But that can be ruled out because your father's heart is pumping effectiovely.
It appears your father may have had a silent heart attack, and that would explain the infarct (necrotic heart cell, dead)...if true. But a good EF indicates the heart has sufficient contractility to pump adequately. I had exactly the same situation 7 years ago and I had had a slilent heart attack, and my first symptom was heart failure (EF below 29%), enlarged left ventricle, pulmonary edema as the heart wasn't strong enough to pump the amount of blood received into circulation and the blood backed up into the lungs causing hyperventilating, dry cough, shortness of breath and fast heart rate.
If your father has had some heart cell damage as the report seems to indicate, your father should have an echocardiogram. The echo will show if there is any heart wall movement impairment (some loss of contractility). My echo showed hypokinesis (heart wall movement impairment), Also, the echo will measure the heart's wall and chamber sizes...if the heart is enlarged from a silent heart attack that could indicate a more advanced condition. The echo will answer your questions: had a silent heart attack? Heart function compromised and if so to what extent?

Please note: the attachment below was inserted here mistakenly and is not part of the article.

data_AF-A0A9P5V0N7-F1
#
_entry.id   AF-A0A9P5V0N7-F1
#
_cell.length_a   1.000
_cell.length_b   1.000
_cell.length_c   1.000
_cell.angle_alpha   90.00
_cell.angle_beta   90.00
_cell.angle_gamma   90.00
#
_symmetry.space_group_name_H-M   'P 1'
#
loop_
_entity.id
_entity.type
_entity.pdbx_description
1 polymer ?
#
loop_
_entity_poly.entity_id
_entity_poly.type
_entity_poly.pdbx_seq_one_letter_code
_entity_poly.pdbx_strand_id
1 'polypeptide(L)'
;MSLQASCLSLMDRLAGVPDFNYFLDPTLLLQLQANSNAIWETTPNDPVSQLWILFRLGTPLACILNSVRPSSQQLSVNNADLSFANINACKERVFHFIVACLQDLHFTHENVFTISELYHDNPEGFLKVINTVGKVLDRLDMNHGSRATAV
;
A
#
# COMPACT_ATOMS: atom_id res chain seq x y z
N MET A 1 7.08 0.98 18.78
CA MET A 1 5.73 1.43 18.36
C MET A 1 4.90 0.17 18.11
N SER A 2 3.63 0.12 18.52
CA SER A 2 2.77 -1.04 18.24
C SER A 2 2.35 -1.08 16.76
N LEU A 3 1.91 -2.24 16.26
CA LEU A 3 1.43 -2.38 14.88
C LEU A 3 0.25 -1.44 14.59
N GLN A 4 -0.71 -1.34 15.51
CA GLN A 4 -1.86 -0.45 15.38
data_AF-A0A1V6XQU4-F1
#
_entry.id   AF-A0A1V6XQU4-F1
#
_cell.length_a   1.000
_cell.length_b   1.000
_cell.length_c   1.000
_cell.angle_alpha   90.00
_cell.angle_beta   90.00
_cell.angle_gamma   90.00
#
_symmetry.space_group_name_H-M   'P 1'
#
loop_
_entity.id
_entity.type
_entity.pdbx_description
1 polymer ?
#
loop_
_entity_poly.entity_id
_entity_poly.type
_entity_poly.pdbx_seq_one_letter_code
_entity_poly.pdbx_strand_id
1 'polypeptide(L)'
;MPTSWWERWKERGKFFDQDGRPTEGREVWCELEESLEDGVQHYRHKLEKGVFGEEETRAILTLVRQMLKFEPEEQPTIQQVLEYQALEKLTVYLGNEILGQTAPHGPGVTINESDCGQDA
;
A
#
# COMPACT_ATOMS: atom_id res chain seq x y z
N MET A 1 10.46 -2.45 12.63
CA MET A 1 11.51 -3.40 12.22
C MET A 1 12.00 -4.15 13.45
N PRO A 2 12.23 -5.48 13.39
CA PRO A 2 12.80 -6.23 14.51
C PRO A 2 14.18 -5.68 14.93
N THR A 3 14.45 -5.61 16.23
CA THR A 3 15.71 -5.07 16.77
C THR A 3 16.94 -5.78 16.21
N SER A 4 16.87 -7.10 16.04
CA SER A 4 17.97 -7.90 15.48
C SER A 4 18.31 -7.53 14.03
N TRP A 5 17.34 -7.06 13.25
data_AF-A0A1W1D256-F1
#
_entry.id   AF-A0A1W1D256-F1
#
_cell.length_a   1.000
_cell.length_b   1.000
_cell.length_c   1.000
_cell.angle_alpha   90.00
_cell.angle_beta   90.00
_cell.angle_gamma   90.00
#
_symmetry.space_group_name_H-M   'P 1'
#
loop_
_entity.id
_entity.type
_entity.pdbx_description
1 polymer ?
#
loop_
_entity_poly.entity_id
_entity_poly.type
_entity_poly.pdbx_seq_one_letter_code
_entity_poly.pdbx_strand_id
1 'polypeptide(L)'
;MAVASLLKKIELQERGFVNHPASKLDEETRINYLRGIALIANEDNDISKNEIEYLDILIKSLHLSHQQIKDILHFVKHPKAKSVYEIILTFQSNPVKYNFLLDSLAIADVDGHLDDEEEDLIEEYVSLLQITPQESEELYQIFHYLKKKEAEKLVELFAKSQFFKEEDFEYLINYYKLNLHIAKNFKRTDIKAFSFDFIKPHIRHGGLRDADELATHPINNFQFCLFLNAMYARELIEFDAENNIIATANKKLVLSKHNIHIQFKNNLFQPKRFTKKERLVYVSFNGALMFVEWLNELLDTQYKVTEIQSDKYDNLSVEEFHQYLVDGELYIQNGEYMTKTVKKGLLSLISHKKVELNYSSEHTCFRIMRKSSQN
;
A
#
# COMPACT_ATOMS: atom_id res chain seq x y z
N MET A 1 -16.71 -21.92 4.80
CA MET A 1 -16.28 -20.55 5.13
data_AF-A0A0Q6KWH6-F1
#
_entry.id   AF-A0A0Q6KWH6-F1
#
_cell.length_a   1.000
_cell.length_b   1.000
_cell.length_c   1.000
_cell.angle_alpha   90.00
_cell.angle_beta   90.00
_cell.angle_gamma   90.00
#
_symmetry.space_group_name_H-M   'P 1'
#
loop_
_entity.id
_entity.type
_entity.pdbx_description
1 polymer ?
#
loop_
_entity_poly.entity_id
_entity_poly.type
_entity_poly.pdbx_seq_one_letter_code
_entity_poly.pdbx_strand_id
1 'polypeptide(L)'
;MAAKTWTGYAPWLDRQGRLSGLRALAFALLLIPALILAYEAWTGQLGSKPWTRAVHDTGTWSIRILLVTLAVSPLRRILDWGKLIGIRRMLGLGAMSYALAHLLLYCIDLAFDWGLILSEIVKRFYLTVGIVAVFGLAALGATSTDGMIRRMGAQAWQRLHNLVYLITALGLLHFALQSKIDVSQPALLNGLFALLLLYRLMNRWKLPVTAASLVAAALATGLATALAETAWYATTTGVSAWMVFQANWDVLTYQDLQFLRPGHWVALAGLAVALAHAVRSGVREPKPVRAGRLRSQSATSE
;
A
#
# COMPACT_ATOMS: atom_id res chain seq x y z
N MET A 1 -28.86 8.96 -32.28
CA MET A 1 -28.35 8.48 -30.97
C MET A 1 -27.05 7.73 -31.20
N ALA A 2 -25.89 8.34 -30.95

Hope this answers your questions and if you have any furthere questions or comments you are welcome to respond. Thanks for sharing, take care.
Your answer was very thorough to the other person and I would like to get your feedback on my info from both the echocardiogram and stress test if you would not mind.
* a right ventricle that is borderline dilated
* the left atrium is borderline dilated
* trace mitral regurgitation
* trace tricuspid regurgitation
* my LVEF was at the borderline level of 75%
* small, mild proximal wall defect involving the anterolateral wall and extending from the apex to base
* mild lateral hypokinesis proximally
* small, mild proximal lateral infarction with peri-infarct ischemia extending into the anterolateral wall
* my EFE is >60%